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Author Topic: Santa Barbara  (Read 1057 times)

Offline Hawg

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Re: Santa Barbara
« Reply #15 on: May 30, 2019, 11:47:22 AM »
I really did NOT expect him to bite, but as he said, "black powder is a slow sell". It costs money and space to leave a gun in the showcase; sometimes a little nudge is all they need to close the sale. Especially if they know (or think) you won't bite at the listed price.

You never know til you try.
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Offline LonesomePigeon

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Re: Santa Barbara
« Reply #16 on: June 12, 2019, 07:54:53 PM »
Congrats, Captain. Here is something I found in a description of a Santa Barbara that was for sale, I don't know what kind of metal that is but I guess it's supposed to be pretty strong:

Product Description
44 BP; 100% blue, mint bore, mint grips, 8'' barrel, Brand new and in the original factory box with factory serialized certificate of Guarantee paperwork, as well as a tempered steel nipple wrench. Hands down, E.N. Santa Barbara's 1859 Remington New Model Army is- for the well informed, the rarest and most sought after" Holy Grail " of all the past and present 1859 New Model ARMY Remington reproductions out there. Do your research on this rare 1971 introduced revolver- you may never have heard of this Spanish manufacture, yet they were in business for almost 500 years- as Empresa Nacional Santa Barbara De Industrias Miltares S.A. Ini (The Spanish National Weapons Factories) and now part of General Dynamics Corporation. What makes this the Holy Grail: Santa Barbara 1859s were precision hand fitted and made of the highest quality steels in contrast to all others- who all sold for much less. SB-1859s deep blue finish and classic wooden handle scales combine to create a harmonious overall accurate rendition of a Remington NEW MODEL ARMY. Its perfect workmanship, down to the last detail, was all in following the old time art of weapons production. The firearms inside parts and outside is manufactured of alloyed tempered steel, 42Cr Mo4 according to DIN 17200, which is also used for highly stressed parts such as connecting rods, gear parts and gears. The cylinder was also made of alloyed tempered steel, 34CrMo4 according to DIN 17200, this material can be found in axles of motor vehicles. As a complete package, this revolver was designed for high volume usage and match accuracy, to this day the most sought after for competition. Indeed, a rare and unquestionable precision revolver here…brand new, priced at far less than market value- give us a call., http://www.santa-barbara-1858.org pp , s/n 145xx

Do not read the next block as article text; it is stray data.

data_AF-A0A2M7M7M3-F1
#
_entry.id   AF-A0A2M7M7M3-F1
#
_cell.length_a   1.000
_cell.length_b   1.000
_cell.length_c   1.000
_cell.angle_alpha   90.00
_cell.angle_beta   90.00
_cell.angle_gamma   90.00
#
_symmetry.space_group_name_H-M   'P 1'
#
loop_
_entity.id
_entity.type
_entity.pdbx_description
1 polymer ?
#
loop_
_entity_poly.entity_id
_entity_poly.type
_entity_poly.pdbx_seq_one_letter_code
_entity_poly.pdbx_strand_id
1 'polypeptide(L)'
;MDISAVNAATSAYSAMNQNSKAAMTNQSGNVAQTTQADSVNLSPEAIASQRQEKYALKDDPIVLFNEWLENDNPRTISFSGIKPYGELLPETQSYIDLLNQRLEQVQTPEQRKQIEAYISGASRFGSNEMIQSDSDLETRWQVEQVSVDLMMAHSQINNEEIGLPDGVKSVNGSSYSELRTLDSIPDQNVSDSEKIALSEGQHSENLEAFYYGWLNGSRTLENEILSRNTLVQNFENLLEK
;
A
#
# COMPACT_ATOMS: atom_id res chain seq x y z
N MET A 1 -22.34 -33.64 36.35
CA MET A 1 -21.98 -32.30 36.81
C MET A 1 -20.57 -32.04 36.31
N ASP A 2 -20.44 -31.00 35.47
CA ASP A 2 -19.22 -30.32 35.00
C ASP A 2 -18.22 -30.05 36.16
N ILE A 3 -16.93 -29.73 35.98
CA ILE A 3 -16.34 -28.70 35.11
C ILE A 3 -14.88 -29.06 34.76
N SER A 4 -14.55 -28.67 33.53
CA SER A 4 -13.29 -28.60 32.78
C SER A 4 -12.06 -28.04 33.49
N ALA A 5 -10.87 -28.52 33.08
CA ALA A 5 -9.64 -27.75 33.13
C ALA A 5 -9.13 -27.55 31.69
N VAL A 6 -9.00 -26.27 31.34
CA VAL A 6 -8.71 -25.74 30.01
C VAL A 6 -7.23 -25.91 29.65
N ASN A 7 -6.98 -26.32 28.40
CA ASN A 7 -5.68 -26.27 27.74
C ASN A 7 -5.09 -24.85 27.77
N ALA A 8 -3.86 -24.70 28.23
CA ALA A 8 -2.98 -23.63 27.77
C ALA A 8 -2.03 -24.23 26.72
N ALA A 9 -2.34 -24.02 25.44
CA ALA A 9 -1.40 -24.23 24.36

Offline Captainkirk

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Re: Santa Barbara
« Reply #17 on: June 13, 2019, 05:50:21 AM »
Yeah, I know...and the LGS didn't. LOL! (7&
"You gonna pull those pistols, or whistle Dixie?"

Offline Captainkirk

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Re: Santa Barbara
« Reply #18 on: June 13, 2019, 09:34:15 AM »
OK, gonna try to upload some pix here.
Yeah, yeah...I know. Funny looking Colt, right?
Still, all in all, really happy with this one. A pretty rare find in this day and age!





























« Last Edit: June 13, 2019, 09:41:45 AM by Captainkirk »
"You gonna pull those pistols, or whistle Dixie?"

Offline ShotgunDave

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Re: Santa Barbara
« Reply #19 on: June 13, 2019, 10:51:36 AM »
That's a real beauty Capt. It looks more nicely finished than your standard Uberti or Pietta.
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Offline Captainkirk

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Re: Santa Barbara
« Reply #20 on: June 13, 2019, 11:37:14 AM »
It is. Lock up like a Swiss vault.
"You gonna pull those pistols, or whistle Dixie?"

Offline Electric Miner

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Re: Santa Barbara
« Reply #21 on: June 13, 2019, 08:16:14 PM »
OK, gonna try to upload some pix here.
Yeah, yeah...I know. Funny looking Colt, right?
Still, all in all, really happy with this one. A pretty rare find in this day and age!






























Very nice! I have a Sile, which was made by ASP, and is notoiceably smaller than the Uberti or Pietta.

Offline LonesomePigeon

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Re: Santa Barbara
« Reply #22 on: June 24, 2019, 08:45:39 PM »
Sah-wheet! Nice score!